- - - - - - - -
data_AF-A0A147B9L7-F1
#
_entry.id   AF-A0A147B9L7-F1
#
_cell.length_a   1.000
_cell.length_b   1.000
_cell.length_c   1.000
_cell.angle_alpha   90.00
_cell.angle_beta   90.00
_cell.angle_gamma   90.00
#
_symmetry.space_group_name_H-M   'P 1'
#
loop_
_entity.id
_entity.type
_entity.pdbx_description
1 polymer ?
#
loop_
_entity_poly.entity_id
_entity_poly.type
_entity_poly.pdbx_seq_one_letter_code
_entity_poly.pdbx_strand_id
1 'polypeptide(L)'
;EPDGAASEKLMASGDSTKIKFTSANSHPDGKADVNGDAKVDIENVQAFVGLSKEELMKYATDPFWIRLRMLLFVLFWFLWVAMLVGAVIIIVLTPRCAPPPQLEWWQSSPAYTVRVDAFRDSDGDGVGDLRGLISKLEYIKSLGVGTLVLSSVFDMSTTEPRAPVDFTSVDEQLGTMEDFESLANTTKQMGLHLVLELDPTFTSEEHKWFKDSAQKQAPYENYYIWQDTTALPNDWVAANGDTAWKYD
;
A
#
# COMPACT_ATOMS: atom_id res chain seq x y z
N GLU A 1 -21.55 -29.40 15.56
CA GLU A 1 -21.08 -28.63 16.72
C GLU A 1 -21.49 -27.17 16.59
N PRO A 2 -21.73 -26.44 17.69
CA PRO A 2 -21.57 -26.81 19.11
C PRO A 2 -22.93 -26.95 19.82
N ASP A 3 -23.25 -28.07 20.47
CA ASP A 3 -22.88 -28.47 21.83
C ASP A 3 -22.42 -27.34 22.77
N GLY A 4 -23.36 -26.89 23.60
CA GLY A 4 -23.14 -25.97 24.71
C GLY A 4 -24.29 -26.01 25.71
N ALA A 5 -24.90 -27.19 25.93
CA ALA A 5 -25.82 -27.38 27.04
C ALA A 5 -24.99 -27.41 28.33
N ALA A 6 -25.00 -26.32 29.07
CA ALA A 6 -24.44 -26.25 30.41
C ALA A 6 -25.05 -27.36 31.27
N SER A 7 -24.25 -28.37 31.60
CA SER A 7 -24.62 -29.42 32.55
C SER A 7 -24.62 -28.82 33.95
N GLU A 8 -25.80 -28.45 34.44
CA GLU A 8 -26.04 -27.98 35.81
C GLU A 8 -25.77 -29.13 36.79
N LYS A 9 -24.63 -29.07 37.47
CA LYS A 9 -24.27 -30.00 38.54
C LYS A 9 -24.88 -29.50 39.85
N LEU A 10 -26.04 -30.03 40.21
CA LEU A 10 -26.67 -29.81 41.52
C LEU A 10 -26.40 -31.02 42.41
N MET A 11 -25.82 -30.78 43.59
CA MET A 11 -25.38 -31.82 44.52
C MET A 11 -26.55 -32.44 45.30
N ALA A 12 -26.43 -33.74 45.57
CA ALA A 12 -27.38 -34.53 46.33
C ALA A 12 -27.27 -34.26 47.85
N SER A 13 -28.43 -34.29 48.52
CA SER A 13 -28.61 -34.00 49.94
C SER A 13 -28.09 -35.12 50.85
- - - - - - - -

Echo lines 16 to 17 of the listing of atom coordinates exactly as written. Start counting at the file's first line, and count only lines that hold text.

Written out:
_entity.type
_entity.pdbx_description